Further considerations that are more unique to digital health studies include assessing technology literacy and bystander risk. While words like ‘GPS,’ ‘anonymized data,’ and ‘hashing’ are frequently used in informed consent documents for smartphone studies, it is important to ensure that those signing informed consent actually understand what these words mean. Do you know the difference between de-identified and anonymized data? There is some research suggesting that those with lower health literacy may also be vulnerable to assuming health technologies like smartphone apps, etc. are safer and more secure than they actually are [6]. This raises the issue of a new digital divide not based on access to technology, but rather on understanding risks and equitable utilization. Yet another risk to consider that does not often occur in classical clinical research but more frequently with digital technology studies is bystander risk. Voice recordings may capture other voices in the nearby vicinity, Bluetooth monitoring will record information about nearby smartphones, and cameras may capture an entire scene with others in it.

Image courtesy of Wikimedia Commons

Putting it all together, the model below seeks to guide IRBs through considering the different types of risk as well as ways to mitigate them. While this model is not designed to be comprehensive or thorough for every type of digital health study for every type of clinical population, hopefully the basic themes and examples provided may help guide informed decision making.

Recognizing risks in digital health studies is not an exercise in hindering research, but rather the pathway to mitigate risk and help ensure safer and better studies. For example, the largest risk factor of privacy is actually often the easiest to mitigate with appropriate encryption and security protocols. Ensuring that informed consent language is appropriate for those who are less technology-literate can help them better understand the study and be more interested in meaningfully participating. Communities like the Connected and Open Research Ethics (CORE) offer free and easy access to support and online forums for researchers, IRBs, and anyone to ask questions and receive answers on digital health ethics. The Neuroethics Blog you are reading right now also offers a wealth of relevant posts to help guide ethical decision making in this digital era. But perhaps the best resources of all remains an open mind willing to explore not only the benefits of digital technology, but also ponder the risks in order to bring both sides together for more informed decision making.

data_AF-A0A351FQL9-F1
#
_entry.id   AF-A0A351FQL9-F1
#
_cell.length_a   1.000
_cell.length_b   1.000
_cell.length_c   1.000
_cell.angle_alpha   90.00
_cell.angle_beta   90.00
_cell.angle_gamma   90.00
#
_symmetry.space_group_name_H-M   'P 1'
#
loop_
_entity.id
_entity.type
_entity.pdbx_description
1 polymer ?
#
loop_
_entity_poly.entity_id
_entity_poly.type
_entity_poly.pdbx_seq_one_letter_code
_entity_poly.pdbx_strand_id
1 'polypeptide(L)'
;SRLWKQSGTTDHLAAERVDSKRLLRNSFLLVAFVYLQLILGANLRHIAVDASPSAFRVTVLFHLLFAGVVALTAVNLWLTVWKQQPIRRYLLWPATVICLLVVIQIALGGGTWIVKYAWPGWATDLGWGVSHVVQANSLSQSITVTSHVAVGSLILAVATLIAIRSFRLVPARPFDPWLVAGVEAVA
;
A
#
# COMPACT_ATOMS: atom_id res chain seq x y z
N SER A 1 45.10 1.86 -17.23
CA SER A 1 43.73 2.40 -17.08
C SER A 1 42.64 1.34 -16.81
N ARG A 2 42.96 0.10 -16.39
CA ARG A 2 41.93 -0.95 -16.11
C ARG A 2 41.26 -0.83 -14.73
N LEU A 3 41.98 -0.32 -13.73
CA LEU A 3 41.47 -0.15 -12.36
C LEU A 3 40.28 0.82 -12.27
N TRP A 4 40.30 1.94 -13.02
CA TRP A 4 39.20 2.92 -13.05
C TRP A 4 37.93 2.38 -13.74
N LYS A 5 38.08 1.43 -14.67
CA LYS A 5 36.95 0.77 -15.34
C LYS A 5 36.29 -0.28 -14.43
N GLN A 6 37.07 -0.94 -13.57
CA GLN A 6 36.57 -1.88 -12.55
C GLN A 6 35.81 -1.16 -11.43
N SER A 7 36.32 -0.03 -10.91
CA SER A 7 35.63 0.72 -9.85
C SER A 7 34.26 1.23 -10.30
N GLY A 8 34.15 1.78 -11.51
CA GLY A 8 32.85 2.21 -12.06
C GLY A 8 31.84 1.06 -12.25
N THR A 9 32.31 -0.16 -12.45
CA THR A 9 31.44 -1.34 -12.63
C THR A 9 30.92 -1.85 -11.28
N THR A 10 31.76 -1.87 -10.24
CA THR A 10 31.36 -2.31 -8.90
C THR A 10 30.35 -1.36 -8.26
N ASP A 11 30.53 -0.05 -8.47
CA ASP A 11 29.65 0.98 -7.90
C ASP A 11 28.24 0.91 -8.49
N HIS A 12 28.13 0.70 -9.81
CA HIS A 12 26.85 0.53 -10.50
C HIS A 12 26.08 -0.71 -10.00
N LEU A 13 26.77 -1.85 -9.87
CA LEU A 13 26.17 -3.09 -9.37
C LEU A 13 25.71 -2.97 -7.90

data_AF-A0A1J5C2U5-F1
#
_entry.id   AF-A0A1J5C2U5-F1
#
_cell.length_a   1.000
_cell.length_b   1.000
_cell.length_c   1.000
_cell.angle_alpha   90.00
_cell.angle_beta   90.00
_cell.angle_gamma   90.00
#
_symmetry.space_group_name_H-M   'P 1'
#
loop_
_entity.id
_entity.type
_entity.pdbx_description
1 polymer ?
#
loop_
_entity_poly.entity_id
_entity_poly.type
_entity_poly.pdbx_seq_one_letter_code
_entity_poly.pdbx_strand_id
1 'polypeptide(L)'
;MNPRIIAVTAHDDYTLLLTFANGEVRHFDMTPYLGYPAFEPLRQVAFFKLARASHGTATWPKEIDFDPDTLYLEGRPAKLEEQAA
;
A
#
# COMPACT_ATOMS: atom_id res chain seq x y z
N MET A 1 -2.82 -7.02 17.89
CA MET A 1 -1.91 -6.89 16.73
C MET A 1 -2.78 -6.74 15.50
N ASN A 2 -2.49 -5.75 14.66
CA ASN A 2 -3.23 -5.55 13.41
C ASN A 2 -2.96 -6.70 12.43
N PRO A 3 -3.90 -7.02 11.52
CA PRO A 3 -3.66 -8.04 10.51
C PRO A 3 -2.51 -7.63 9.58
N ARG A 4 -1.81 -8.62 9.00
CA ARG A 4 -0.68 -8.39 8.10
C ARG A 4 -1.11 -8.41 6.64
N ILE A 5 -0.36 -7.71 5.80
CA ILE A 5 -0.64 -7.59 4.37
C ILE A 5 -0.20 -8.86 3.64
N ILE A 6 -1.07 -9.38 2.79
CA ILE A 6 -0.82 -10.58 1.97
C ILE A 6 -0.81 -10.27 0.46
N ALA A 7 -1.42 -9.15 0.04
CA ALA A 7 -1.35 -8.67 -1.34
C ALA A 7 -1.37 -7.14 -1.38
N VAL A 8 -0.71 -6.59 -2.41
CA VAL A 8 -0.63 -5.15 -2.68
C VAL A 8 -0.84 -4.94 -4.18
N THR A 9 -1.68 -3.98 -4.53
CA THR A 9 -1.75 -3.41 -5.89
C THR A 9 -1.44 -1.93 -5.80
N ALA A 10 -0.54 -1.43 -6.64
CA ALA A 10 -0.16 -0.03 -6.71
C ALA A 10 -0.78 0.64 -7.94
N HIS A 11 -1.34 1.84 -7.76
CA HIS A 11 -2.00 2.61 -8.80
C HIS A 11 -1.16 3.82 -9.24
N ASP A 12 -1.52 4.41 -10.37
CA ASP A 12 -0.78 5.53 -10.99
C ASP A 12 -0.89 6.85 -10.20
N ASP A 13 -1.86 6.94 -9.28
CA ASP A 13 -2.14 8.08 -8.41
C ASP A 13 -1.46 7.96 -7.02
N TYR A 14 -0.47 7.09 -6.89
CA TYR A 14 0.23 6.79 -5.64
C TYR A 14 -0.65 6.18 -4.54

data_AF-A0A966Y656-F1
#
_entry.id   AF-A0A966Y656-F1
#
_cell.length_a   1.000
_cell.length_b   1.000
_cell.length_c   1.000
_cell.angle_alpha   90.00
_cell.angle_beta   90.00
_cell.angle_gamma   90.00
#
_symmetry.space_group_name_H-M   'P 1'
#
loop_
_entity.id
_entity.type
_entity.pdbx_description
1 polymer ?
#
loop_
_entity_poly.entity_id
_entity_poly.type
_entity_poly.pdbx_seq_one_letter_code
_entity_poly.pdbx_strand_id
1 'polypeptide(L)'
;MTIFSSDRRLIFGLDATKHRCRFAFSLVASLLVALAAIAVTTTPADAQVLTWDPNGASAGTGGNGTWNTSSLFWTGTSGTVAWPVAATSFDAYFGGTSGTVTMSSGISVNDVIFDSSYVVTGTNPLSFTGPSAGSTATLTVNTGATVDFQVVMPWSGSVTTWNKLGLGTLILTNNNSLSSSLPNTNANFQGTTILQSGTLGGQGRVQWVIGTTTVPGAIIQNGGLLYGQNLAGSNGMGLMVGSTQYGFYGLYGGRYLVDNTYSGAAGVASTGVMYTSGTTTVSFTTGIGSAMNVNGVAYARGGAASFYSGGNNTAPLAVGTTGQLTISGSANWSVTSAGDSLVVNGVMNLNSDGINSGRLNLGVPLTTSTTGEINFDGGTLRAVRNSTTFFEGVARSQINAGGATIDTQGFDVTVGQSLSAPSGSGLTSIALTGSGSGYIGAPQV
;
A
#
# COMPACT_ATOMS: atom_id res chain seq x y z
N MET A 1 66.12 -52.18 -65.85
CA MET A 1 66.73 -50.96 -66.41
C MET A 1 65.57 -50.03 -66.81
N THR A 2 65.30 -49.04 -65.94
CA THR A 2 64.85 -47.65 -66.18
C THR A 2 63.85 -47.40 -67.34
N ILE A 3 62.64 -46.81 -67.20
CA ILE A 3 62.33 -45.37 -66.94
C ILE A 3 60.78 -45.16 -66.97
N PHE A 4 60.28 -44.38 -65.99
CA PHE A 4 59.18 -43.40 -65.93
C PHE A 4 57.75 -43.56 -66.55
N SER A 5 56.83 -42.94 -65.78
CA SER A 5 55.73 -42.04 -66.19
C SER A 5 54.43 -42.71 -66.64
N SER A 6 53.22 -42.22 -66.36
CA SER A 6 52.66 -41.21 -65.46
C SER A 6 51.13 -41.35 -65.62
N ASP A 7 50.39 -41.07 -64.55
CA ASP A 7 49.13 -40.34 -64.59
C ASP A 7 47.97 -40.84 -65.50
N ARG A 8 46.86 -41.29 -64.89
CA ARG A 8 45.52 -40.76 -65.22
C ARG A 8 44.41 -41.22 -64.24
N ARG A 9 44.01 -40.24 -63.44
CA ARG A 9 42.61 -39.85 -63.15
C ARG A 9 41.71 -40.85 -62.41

John Torous MD is director of the digital psychiatry division at Beth Israel Deaconess Medical Center at Harvard Medical School. As a board-certified psychiatrist with a background in computer sciences and clinical informatics, his research on smartphone apps and sensors for predicating relapse in serious mental illnesses like schizophrenia bridges engineering and clinical care. In 2017, Dr. Torous was awarded the Carol Davis Ethics Award by the American Psychiatric Association, an annual award for ethics and mental health work. 


1. Torous J, Roberts LW. Assessment of Risk Associated with Digital and Smartphone Health Research: a New Challenge for Institutional Review Boards. Journal of Technology in Behavioral Science. 2018:1-5.

2. FCC releases proposed rules to protect broadband consumer privacy (2016). Federal Communications Commission.




6. Mackert M, Mabry-Flynn A, Champlin S, Donovan EE, Pounders K. Health literacy and health information technology adoption: the potential for a new digital divide. Journal of medical Internet research. 2016 Oct;18(10).

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Torous, J. (2018). Exploring the Risks of Digital Health Research: Towards a Pragmatic Framework . The Neuroethics Blog. Retrieved on , from